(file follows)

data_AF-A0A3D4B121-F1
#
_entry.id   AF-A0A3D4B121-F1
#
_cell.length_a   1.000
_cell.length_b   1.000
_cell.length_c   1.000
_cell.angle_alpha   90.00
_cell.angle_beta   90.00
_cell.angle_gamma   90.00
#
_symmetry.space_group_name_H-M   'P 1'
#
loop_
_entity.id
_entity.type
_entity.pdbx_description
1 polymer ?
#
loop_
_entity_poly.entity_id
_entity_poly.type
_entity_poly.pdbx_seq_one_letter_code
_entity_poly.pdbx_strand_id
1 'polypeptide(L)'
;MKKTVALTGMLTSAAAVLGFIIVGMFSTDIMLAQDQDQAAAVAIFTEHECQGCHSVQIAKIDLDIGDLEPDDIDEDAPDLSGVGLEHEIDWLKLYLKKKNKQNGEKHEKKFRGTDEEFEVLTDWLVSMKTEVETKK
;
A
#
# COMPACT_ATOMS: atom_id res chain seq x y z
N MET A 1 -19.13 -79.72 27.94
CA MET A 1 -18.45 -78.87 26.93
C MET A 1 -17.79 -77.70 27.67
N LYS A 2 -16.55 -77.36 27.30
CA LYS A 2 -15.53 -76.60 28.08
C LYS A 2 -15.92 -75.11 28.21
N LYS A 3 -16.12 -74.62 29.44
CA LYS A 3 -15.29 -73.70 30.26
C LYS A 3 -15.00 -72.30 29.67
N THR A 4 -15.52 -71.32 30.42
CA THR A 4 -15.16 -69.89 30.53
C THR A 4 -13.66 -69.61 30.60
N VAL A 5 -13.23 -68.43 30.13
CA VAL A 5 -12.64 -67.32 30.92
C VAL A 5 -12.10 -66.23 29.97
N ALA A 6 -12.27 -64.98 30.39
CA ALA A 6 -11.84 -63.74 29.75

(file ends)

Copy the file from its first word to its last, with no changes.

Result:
data_AF-A0A3D4B121-F1
#
_entry.id   AF-A0A3D4B121-F1
#
_cell.length_a   1.000
_cell.length_b   1.000
_cell.length_c   1.000
_cell.angle_alpha   90.00
_cell.angle_beta   90.00
_cell.angle_gamma   90.00
#
_symmetry.space_group_name_H-M   'P 1'
#
loop_
_entity.id
_entity.type
_entity.pdbx_description
1 polymer ?
#
loop_
_entity_poly.entity_id
_entity_poly.type
_entity_poly.pdbx_seq_one_letter_code
_entity_poly.pdbx_strand_id
1 'polypeptide(L)'
;MKKTVALTGMLTSAAAVLGFIIVGMFSTDIMLAQDQDQAAAVAIFTEHECQGCHSVQIAKIDLDIGDLEPDDIDEDAPDLSGVGLEHEIDWLKLYLKKKNKQNGEKHEKKFRGTDEEFEVLTDWLVSMKTEVETKK
;
A
#
# COMPACT_ATOMS: atom_id res chain seq x y z
N MET A 1 -19.13 -79.72 27.94
CA MET A 1 -18.45 -78.87 26.93
C MET A 1 -17.79 -77.70 27.67
N LYS A 2 -16.55 -77.36 27.30
CA LYS A 2 -15.53 -76.60 28.08
C LYS A 2 -15.92 -75.11 28.21
N LYS A 3 -16.12 -74.62 29.44
CA LYS A 3 -15.29 -73.70 30.26
C LYS A 3 -15.00 -72.30 29.67
N THR A 4 -15.52 -71.32 30.42
CA THR A 4 -15.16 -69.89 30.53
C THR A 4 -13.66 -69.61 30.60
N VAL A 5 -13.23 -68.43 30.13
CA VAL A 5 -12.64 -67.32 30.92
C VAL A 5 -12.10 -66.23 29.97
N ALA A 6 -12.27 -64.98 30.39
CA ALA A 6 -11.84 -63.74 29.75